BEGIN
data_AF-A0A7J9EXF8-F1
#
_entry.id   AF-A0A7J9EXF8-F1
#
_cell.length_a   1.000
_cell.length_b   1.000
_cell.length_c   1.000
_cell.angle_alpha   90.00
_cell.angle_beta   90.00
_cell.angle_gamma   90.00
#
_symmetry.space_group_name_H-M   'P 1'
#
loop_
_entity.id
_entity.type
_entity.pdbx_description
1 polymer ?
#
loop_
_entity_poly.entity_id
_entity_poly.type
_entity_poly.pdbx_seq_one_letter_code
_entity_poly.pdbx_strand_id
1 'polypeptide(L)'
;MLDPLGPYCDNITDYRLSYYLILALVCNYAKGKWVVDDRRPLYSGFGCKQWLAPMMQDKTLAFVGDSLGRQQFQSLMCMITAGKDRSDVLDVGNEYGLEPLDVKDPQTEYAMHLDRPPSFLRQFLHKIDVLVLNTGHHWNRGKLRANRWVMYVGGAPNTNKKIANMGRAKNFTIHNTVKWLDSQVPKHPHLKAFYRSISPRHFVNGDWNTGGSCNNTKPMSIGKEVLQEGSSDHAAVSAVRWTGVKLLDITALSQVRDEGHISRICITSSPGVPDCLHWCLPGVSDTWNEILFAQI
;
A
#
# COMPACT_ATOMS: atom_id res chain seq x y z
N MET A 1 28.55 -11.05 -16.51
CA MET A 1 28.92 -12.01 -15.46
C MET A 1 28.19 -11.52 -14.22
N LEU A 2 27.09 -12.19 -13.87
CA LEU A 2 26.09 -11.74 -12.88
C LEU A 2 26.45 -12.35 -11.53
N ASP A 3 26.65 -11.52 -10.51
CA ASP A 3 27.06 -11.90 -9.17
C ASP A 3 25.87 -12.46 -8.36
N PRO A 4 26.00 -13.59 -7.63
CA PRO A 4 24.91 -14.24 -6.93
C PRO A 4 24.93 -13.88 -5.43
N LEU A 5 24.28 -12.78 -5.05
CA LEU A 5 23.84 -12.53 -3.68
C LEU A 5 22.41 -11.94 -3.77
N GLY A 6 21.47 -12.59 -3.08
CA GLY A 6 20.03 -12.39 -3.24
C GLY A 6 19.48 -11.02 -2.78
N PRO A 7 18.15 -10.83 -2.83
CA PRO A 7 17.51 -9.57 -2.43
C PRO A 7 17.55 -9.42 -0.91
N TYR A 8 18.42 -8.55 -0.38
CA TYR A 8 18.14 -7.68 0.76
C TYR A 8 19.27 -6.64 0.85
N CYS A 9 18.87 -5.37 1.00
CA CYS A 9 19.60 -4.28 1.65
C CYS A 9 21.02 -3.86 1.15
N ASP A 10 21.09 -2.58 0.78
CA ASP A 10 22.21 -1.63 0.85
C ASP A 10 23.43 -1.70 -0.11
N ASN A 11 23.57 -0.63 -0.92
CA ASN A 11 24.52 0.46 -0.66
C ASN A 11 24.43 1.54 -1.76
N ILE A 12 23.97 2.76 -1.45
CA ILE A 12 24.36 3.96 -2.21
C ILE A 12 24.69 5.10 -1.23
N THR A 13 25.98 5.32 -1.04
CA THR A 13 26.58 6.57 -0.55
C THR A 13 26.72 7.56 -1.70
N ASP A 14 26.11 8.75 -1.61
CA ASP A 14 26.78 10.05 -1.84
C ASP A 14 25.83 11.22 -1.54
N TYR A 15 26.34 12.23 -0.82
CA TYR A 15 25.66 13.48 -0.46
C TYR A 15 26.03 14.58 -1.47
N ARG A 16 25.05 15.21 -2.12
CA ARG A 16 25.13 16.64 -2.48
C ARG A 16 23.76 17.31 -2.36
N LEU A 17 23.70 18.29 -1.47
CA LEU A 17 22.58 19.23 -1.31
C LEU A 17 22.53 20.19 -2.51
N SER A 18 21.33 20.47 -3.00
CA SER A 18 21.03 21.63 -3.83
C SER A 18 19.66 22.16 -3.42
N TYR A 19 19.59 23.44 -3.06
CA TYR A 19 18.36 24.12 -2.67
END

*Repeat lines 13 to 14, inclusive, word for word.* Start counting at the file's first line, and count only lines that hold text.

#
loop_